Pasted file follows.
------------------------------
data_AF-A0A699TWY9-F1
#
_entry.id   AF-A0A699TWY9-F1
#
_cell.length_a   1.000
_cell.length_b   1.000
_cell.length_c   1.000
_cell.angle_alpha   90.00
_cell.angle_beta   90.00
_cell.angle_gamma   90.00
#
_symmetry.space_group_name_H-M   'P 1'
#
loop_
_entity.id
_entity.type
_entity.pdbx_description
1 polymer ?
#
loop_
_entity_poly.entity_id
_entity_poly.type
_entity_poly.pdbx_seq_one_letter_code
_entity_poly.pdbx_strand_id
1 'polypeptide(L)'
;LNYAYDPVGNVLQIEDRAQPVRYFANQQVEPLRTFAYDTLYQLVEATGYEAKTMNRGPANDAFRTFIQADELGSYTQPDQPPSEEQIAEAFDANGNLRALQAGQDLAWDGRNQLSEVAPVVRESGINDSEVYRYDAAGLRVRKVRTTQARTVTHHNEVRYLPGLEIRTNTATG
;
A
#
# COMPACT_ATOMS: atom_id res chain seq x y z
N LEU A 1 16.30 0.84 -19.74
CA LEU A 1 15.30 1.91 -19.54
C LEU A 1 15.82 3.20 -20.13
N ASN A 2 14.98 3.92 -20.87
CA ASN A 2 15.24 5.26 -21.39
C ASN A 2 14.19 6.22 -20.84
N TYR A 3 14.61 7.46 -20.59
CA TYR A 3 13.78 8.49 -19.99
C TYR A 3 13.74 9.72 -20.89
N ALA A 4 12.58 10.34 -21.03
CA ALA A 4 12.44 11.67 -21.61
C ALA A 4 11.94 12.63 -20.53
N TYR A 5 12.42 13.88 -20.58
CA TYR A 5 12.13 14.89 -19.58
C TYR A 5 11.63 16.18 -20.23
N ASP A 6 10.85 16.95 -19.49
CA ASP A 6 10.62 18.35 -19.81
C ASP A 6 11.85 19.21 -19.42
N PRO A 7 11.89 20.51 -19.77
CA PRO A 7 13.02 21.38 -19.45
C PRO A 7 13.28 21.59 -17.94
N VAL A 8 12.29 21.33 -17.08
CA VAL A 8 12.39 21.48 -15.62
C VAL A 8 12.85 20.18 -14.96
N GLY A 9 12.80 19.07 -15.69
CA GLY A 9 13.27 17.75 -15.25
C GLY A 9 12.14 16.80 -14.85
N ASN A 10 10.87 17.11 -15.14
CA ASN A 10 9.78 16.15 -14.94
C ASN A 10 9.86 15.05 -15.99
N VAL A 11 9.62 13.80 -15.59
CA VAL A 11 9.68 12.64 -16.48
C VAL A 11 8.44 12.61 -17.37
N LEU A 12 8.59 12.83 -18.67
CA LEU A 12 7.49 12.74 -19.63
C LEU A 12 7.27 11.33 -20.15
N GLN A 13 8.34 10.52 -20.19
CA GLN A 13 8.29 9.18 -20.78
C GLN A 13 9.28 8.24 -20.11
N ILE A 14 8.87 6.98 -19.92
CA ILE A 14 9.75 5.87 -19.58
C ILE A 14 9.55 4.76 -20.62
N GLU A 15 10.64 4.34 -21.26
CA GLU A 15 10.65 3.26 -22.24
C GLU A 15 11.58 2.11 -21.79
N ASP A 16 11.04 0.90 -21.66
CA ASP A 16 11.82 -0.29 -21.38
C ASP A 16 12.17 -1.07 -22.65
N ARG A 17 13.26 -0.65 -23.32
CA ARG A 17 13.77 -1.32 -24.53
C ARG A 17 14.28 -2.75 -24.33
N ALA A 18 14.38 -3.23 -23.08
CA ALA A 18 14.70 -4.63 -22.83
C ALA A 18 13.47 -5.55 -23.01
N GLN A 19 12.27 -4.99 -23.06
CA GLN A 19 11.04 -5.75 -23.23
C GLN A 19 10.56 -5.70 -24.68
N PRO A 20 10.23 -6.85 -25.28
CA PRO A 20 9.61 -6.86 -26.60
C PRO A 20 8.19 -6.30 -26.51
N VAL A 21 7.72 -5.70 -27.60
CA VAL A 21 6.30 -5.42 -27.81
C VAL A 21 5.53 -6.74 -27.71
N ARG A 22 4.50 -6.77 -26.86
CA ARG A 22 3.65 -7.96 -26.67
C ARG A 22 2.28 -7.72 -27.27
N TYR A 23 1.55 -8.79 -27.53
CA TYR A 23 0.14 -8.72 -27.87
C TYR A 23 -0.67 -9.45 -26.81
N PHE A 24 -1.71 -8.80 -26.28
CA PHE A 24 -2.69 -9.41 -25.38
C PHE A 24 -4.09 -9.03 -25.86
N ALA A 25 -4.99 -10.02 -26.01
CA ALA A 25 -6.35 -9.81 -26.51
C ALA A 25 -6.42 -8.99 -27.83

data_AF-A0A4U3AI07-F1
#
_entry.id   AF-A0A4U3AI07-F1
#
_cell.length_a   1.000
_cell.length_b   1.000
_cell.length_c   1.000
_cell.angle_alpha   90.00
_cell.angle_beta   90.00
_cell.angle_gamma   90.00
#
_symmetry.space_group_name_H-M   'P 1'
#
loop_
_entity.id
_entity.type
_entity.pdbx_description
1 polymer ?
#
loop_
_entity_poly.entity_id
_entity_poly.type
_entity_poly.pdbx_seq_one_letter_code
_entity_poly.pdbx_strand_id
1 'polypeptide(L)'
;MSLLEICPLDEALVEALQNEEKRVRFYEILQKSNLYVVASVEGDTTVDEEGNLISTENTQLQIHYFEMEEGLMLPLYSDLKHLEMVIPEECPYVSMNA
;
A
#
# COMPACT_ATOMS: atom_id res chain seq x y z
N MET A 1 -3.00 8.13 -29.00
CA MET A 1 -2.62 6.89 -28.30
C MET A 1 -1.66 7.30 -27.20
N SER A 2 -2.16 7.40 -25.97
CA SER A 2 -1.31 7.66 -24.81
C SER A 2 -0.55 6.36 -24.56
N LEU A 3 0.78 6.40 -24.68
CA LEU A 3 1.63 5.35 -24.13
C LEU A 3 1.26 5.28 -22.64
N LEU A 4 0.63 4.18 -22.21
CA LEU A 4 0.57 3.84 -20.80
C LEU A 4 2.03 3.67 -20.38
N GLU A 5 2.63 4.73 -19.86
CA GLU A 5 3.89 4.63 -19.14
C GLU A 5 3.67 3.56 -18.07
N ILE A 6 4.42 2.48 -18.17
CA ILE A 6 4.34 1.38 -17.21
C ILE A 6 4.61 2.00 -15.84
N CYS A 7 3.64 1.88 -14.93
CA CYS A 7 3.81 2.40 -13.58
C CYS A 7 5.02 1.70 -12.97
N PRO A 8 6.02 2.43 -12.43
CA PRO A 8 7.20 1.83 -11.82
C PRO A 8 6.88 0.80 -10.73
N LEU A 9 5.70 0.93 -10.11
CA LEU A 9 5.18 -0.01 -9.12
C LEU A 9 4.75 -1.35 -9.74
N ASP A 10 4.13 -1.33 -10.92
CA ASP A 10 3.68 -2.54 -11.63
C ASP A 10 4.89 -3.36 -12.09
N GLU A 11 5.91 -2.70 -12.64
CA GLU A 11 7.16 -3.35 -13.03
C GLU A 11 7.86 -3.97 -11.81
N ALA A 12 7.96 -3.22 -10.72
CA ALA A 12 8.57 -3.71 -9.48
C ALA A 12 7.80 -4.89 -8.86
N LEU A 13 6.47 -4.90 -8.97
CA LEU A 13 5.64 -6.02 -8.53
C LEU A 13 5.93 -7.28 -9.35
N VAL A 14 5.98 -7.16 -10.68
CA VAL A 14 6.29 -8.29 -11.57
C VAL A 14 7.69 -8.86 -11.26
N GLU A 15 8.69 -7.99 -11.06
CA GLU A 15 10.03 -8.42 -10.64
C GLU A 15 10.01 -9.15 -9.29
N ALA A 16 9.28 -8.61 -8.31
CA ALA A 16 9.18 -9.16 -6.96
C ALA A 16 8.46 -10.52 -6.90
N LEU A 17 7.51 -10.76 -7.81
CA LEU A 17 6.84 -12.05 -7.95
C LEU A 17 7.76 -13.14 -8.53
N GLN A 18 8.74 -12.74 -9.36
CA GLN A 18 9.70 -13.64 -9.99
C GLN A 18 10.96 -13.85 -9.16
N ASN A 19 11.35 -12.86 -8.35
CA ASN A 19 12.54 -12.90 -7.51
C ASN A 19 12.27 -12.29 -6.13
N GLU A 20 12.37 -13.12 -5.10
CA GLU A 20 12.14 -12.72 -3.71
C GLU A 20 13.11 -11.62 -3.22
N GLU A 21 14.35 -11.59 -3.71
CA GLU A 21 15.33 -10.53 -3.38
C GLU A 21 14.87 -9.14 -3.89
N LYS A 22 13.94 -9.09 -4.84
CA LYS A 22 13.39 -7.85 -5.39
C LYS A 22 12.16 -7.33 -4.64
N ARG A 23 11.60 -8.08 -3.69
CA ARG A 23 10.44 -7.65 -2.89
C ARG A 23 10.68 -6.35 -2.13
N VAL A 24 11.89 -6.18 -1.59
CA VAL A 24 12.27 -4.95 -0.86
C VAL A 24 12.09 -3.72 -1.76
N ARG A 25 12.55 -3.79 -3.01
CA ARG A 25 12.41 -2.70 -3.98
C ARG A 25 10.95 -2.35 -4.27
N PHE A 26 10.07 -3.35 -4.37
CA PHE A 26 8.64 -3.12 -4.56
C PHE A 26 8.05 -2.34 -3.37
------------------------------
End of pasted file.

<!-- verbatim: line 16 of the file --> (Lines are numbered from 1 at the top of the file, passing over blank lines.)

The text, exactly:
_entity.type